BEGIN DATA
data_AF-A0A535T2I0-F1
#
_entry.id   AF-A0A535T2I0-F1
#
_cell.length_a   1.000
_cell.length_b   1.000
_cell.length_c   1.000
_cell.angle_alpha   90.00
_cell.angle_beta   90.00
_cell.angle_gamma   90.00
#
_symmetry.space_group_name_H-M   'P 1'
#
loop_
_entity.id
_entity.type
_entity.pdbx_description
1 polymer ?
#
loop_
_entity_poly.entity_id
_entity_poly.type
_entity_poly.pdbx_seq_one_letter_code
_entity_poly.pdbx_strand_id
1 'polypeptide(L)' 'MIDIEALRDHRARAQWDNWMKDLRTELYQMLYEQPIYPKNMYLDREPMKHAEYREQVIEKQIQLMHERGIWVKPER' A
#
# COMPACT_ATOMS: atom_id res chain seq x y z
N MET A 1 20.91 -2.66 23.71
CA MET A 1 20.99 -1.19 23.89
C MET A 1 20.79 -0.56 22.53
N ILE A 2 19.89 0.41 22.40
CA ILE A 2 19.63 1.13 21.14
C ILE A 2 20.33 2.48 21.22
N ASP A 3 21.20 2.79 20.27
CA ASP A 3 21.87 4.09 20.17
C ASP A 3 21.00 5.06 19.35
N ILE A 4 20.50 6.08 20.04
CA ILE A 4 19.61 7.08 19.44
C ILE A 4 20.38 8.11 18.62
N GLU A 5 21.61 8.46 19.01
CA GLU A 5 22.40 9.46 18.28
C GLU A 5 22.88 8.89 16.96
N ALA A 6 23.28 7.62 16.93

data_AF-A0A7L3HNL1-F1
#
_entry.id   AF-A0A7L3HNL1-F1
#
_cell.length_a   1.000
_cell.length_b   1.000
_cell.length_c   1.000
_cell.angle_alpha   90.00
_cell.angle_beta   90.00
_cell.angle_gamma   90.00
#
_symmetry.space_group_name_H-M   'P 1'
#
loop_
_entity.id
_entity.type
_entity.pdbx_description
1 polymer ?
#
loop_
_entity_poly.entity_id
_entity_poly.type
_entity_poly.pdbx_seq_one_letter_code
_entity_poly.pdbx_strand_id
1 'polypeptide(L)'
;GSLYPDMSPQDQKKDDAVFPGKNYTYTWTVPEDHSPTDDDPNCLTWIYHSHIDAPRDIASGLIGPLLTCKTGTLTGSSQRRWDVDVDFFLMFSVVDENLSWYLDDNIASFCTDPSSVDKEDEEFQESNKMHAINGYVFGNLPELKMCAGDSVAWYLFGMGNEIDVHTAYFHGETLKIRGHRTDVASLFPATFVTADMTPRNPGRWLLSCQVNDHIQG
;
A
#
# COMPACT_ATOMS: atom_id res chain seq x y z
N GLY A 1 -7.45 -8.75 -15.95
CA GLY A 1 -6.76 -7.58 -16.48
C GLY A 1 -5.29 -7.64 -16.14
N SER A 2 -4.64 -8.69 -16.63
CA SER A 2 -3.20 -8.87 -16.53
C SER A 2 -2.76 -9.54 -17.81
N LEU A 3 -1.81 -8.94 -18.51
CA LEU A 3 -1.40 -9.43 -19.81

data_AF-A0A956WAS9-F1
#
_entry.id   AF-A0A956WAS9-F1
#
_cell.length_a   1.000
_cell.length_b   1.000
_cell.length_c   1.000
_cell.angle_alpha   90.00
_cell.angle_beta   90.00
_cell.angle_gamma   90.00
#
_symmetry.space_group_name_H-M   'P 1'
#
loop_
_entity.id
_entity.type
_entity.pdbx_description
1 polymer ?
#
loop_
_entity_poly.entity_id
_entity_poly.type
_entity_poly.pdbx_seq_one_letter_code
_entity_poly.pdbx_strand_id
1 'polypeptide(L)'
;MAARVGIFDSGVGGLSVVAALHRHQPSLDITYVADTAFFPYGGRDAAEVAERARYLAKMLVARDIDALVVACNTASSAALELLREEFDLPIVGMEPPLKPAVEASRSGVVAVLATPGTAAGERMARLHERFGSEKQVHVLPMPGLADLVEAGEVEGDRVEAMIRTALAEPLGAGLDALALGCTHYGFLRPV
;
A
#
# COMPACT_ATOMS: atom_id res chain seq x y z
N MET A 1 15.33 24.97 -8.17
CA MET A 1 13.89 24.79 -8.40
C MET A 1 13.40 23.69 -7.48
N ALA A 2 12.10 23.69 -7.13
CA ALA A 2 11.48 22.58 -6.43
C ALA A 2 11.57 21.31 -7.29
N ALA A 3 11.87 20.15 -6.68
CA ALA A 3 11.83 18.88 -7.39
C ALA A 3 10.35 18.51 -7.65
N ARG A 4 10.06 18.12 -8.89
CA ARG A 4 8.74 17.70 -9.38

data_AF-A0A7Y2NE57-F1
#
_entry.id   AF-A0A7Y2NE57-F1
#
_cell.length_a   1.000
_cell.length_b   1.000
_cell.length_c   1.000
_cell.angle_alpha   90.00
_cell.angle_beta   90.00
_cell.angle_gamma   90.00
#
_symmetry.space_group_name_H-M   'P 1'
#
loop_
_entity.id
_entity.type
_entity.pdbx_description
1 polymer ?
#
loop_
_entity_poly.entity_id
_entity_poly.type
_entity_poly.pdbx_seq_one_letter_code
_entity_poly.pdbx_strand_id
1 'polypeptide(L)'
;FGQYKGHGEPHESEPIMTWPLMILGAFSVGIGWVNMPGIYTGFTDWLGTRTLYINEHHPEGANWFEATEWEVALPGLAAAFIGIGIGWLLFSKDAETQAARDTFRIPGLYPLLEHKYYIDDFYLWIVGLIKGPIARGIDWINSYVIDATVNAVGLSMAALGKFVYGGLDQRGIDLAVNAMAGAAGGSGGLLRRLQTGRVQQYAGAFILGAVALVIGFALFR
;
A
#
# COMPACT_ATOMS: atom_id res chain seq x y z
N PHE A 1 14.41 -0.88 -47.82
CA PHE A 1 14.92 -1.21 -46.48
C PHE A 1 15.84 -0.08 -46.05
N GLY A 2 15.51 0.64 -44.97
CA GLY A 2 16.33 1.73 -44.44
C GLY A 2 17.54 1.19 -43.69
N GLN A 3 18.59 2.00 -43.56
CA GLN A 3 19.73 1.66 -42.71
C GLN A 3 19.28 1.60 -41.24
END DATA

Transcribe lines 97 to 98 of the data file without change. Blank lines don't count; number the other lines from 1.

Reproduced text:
_entity.type
_entity.pdbx_description